Case Closed: Minnesotans Win Right to Sell Homemade Goods; Agree to Dismiss Lawsuit

J. Justin Wilson
J. Justin Wilson · June 16, 2015

St. Paul, Minn.—Two home bakers are celebrating victory today, following Governor Mark Dayton’s signature on a bill removing the arbitrary restrictions on the sale of homemade baked and canned goods. As a result, Jane Astramecki and Mara Heck today dismissed their lawsuit, which challenged the arbitrary restrictions as unconstitutional.

“People want to be able to make the decision to buy natural, preservative-free, homemade products,” said Astramecki. “It should be up to ordinary Minnesotans, not the government, to decide what foods to buy for themselves and their families.”

Both Astramecki and Heck are home-based entrepreneurs who make delicious goods, including cakes, cookies and jams. Until the new bill was signed, the state restricted the sale of such goods to only $5,000 annually—or just $96 per week. Even then, the law only allowed the goods to be sold at community events and farmers’ markets. Violators were subject to fines and even jail time. So Astramecki and Heck partnered with the Institute for Justice and sued the state in November 2013, challenging the arbitrary rules as a violation of their constitutional right to earn an honest living.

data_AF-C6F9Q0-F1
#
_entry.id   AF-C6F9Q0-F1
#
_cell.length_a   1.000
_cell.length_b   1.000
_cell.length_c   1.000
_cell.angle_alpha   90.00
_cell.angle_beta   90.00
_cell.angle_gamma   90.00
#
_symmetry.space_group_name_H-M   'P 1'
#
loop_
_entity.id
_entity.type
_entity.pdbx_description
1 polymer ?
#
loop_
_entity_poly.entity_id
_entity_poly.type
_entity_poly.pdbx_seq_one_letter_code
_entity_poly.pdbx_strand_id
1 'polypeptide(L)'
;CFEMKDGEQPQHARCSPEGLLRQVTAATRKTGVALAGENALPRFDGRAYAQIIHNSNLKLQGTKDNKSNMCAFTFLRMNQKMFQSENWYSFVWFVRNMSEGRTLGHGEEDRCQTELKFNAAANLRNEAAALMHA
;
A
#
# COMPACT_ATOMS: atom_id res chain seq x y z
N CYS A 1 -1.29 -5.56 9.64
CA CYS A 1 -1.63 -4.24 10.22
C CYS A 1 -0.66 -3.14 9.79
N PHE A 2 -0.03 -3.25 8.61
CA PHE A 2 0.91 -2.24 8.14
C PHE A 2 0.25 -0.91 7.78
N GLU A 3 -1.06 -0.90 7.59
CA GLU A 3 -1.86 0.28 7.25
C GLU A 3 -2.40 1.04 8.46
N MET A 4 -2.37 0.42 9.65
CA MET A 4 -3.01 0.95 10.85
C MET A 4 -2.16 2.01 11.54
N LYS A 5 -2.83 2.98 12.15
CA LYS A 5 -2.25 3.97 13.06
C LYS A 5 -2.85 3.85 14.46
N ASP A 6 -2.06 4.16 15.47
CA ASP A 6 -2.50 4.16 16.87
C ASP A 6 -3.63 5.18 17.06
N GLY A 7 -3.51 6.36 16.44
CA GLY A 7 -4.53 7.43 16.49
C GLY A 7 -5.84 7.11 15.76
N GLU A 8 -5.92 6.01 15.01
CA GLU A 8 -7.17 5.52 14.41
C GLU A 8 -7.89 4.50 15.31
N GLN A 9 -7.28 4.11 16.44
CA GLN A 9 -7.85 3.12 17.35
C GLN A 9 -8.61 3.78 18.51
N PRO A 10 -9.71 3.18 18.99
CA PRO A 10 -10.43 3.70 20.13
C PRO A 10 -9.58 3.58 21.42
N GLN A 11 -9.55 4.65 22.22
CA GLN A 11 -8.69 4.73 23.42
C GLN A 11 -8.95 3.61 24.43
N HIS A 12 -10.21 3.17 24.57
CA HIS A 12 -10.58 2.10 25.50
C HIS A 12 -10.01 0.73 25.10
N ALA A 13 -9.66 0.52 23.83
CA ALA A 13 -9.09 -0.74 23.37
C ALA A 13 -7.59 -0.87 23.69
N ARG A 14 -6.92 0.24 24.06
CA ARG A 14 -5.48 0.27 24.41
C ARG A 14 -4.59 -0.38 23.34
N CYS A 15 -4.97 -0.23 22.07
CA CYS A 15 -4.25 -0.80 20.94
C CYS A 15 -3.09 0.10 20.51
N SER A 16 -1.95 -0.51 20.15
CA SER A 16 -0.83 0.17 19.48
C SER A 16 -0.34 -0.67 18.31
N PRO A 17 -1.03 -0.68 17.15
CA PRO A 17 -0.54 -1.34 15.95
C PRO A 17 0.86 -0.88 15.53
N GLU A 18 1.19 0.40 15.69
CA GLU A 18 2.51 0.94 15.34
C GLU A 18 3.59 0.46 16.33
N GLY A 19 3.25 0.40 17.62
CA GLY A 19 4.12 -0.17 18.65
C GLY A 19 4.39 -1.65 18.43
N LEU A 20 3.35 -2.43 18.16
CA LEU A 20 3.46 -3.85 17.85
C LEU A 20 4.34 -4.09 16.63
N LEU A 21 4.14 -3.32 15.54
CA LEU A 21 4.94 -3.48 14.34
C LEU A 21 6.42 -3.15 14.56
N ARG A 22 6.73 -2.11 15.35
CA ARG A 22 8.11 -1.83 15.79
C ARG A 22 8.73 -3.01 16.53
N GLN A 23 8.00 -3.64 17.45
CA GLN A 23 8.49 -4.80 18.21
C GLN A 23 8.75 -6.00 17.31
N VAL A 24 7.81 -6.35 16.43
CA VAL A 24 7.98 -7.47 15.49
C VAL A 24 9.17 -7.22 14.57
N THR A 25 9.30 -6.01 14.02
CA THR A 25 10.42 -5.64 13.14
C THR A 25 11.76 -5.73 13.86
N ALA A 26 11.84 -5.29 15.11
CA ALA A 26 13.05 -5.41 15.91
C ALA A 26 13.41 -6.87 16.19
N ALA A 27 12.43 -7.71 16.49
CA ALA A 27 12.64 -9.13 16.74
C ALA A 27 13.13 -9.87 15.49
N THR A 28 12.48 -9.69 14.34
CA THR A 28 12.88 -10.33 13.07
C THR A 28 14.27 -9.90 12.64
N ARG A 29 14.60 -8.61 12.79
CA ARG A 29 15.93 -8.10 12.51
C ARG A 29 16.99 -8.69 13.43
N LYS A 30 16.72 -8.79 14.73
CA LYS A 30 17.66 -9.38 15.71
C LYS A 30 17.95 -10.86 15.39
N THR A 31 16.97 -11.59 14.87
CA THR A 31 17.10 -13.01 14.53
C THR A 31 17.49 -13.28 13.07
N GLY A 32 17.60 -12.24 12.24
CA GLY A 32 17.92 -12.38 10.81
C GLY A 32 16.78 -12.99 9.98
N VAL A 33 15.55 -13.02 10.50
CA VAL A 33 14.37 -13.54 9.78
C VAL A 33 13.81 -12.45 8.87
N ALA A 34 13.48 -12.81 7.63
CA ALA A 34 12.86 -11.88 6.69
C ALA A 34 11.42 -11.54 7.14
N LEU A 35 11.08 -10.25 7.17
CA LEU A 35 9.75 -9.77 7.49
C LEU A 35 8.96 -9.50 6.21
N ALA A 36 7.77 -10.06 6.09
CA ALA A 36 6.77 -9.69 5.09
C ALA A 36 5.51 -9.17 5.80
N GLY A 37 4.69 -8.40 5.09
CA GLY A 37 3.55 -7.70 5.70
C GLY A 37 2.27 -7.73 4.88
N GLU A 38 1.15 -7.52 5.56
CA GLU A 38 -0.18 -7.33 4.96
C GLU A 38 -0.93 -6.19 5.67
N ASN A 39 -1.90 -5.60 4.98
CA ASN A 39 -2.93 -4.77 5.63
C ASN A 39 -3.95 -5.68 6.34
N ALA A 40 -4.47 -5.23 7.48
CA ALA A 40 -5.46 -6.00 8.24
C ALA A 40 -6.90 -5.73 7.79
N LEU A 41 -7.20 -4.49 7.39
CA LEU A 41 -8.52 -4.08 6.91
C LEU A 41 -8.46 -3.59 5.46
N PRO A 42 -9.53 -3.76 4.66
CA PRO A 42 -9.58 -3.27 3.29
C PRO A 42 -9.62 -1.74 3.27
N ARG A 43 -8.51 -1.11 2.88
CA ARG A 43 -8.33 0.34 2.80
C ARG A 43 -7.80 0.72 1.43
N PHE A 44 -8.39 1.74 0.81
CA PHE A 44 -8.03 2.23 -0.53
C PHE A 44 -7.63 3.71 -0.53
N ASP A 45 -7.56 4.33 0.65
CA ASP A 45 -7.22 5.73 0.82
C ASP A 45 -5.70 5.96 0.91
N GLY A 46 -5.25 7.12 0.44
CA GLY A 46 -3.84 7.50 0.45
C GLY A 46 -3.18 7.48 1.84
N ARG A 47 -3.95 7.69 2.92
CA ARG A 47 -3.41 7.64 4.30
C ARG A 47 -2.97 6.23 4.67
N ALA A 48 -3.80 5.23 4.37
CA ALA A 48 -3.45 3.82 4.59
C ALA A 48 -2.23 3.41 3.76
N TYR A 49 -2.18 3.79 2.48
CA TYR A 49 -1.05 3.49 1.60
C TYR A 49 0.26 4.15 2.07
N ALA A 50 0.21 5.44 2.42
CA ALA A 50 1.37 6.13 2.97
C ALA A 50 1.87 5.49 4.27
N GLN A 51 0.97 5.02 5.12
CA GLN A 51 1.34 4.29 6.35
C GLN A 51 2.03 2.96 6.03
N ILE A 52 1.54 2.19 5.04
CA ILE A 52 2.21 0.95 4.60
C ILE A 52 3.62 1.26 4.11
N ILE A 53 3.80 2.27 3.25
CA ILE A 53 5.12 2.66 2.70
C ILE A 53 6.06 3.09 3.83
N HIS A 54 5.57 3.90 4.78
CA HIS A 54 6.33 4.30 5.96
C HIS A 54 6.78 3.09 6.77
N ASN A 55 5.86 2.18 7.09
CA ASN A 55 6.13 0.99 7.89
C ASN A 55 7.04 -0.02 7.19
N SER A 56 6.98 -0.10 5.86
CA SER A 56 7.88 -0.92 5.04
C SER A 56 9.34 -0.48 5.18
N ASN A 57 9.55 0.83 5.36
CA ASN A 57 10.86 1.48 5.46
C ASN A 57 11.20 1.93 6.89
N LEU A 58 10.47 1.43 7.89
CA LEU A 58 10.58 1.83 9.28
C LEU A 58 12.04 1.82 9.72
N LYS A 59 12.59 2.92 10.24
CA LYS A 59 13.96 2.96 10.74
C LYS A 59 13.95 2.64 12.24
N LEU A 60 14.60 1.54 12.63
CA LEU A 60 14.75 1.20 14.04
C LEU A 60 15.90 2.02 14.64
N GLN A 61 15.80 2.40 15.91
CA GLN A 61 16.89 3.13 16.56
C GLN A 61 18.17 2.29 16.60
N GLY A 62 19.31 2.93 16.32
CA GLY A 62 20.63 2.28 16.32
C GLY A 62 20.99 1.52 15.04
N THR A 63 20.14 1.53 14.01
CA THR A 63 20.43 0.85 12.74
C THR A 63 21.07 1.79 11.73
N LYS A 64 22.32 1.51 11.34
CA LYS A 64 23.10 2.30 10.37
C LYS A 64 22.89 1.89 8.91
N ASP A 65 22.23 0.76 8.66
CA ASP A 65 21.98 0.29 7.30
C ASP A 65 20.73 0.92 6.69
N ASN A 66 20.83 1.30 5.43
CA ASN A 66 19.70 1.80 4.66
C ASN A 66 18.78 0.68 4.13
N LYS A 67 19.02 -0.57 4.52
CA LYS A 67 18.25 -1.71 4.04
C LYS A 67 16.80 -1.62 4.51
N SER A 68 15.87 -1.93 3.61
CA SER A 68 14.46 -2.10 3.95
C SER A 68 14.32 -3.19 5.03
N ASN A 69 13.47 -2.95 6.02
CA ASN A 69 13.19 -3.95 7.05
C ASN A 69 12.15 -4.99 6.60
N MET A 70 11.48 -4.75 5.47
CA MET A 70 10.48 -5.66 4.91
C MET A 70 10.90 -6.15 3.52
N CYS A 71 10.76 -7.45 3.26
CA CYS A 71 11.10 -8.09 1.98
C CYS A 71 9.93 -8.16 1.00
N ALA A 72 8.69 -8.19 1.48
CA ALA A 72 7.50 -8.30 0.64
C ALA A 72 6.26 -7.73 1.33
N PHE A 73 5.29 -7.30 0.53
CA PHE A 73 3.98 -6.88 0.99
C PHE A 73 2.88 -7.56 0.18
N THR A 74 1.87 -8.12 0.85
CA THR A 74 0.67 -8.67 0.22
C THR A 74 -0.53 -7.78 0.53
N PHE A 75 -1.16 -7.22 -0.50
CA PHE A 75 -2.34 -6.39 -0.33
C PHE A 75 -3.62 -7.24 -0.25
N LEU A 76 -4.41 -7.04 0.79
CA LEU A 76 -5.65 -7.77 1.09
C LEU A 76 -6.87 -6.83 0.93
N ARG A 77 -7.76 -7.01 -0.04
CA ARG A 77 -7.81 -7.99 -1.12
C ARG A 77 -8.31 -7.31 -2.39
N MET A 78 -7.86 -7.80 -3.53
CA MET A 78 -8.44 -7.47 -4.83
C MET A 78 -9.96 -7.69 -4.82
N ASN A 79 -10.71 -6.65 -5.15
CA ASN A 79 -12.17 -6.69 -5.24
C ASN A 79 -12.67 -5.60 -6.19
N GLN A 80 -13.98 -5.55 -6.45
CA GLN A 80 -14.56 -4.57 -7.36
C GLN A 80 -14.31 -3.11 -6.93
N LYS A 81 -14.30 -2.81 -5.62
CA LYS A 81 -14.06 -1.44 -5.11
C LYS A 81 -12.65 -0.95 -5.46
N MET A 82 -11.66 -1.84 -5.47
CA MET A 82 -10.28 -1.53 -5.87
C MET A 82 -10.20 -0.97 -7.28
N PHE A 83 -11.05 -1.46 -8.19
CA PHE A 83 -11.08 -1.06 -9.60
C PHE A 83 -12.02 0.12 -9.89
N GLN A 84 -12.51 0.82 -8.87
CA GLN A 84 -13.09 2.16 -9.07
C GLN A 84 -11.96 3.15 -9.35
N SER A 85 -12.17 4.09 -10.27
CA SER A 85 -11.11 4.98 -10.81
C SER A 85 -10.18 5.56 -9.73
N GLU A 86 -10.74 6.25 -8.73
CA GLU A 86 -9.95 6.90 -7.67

A state trial court dismissed the lawsuit last summer, but the Minnesota Court of Appeals reversed that decision and reinstated the claims in May 2015. The court explained that it was “particularly concerned with the lack of evidence in the record at this stage of the proceedings that shows how the venue and sales-cap restrictions are genuine or relevant to” the state’s alleged public health concerns with the goods.

“These foods are inherently safe,” said Institute for Justice Attorney Erica Smith. “The government can’t arbitrarily restrict where or how much inherently safe food is sold.”

On Saturday, the state legislature passed a new “cottage food” law as part of the omnibus agriculture bill. The new law allows home food makers to annually sell up to $18,000 of not potentially hazardous foods as long as the home food makers register with the state, accurately label their goods and spend a few hours taking a safety course. They can also sell directly to consumers, either in person or on the Internet, in addition to selling at farmers’ markets and community events.

The Institute for Justice’s challenge to Minnesota’s arbitrary restrictions on home bakers is part of its National Food Freedom Initiative: an ongoing, nationwide campaign that brings property rights, economic liberty and free speech challenges to laws that interfere with the ability of Americans to produce, market, procure and consume the foods of their choice.